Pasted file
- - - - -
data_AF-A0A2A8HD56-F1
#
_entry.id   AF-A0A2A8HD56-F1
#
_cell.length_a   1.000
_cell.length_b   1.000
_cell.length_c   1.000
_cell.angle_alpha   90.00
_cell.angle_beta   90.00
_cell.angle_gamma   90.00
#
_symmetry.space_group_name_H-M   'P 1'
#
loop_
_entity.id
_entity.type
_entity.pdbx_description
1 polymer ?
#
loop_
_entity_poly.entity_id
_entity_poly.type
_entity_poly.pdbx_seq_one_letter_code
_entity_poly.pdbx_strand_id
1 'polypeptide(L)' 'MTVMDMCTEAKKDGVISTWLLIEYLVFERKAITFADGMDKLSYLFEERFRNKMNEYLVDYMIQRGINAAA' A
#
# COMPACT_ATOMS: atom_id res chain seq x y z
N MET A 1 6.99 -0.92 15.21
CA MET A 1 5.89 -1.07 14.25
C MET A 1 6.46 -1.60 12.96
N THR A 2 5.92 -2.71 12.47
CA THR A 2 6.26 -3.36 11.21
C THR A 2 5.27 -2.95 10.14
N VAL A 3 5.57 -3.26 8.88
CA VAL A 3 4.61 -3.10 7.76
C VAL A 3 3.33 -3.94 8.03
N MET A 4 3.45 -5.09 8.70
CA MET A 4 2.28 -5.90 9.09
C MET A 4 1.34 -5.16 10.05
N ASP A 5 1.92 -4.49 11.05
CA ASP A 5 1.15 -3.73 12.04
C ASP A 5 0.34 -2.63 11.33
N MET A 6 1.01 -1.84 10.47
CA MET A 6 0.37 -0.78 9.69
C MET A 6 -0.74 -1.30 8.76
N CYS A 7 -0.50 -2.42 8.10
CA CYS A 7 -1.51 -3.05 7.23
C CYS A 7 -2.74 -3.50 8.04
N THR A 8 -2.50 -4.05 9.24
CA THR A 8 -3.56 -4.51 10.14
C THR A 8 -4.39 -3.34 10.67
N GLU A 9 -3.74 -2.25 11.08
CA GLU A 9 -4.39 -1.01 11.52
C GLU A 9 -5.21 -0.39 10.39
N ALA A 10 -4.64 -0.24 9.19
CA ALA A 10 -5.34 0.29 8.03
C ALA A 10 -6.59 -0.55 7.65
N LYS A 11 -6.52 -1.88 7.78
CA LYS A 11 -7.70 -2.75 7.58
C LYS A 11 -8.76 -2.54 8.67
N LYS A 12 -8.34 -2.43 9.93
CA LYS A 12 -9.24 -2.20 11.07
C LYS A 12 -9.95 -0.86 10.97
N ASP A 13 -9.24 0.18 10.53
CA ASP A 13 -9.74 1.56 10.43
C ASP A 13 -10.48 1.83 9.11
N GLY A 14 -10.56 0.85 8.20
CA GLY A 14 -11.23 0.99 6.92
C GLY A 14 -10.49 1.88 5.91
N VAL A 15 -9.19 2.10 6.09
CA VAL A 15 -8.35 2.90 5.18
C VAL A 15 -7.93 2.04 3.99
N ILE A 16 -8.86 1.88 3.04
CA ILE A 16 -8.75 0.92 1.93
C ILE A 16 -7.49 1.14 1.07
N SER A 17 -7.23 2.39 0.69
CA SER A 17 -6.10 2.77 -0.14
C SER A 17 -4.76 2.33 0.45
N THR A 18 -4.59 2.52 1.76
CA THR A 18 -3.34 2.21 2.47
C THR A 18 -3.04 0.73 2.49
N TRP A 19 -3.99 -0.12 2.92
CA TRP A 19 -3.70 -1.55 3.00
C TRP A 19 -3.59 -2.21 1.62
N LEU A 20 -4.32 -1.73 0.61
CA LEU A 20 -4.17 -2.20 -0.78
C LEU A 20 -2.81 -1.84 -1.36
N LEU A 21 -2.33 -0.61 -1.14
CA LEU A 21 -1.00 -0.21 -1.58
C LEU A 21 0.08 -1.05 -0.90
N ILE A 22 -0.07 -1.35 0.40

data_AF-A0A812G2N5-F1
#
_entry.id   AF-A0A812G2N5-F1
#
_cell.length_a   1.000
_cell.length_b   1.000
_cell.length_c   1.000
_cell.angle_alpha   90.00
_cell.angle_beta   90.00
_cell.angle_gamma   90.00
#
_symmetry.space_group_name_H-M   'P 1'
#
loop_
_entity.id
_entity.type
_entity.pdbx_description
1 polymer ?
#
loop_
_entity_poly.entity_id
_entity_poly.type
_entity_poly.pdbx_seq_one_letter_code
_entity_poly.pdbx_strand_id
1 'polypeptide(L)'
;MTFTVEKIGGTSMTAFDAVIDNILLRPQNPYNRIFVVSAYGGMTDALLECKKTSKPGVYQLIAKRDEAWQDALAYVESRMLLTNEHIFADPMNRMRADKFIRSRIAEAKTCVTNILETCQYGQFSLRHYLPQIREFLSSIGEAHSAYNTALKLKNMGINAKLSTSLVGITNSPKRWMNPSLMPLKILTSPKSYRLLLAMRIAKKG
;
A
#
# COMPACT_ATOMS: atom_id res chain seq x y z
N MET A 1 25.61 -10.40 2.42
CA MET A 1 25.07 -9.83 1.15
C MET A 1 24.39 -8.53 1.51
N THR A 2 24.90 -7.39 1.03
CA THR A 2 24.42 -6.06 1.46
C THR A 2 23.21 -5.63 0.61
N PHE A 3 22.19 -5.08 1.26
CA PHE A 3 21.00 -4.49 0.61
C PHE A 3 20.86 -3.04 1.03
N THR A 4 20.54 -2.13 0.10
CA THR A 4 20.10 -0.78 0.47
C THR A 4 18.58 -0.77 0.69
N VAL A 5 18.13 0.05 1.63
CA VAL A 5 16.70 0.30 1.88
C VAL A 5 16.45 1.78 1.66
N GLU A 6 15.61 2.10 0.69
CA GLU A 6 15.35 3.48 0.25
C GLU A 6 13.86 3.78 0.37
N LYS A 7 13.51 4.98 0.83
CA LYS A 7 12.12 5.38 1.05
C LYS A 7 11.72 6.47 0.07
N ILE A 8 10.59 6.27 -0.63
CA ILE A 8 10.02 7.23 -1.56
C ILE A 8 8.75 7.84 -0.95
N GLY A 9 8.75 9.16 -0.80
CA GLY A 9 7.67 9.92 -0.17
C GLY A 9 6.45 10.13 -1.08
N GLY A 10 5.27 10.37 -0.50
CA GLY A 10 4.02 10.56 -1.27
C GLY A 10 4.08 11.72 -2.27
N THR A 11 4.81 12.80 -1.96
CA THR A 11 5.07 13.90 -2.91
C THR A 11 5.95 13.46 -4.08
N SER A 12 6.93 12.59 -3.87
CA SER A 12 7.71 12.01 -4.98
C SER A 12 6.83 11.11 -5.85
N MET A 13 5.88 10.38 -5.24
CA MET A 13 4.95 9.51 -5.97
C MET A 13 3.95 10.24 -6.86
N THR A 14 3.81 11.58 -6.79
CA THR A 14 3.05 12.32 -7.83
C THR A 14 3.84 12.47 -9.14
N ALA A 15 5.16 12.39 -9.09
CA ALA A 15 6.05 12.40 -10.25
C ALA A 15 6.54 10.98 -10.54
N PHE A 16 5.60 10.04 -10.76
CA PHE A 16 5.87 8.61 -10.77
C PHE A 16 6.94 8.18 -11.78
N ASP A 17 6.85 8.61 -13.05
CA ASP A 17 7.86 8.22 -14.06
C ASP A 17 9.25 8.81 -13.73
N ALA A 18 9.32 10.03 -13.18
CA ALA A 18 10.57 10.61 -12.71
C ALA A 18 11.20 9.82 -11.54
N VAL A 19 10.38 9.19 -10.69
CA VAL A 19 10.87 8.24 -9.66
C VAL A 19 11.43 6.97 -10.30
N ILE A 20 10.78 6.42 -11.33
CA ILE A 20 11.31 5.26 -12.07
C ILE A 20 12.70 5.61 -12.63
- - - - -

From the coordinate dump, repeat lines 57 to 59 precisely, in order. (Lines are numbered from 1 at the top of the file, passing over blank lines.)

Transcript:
C ALA A 10 -6.59 -0.55 7.65
N LYS A 11 -6.52 -1.88 7.78
CA LYS A 11 -7.70 -2.75 7.58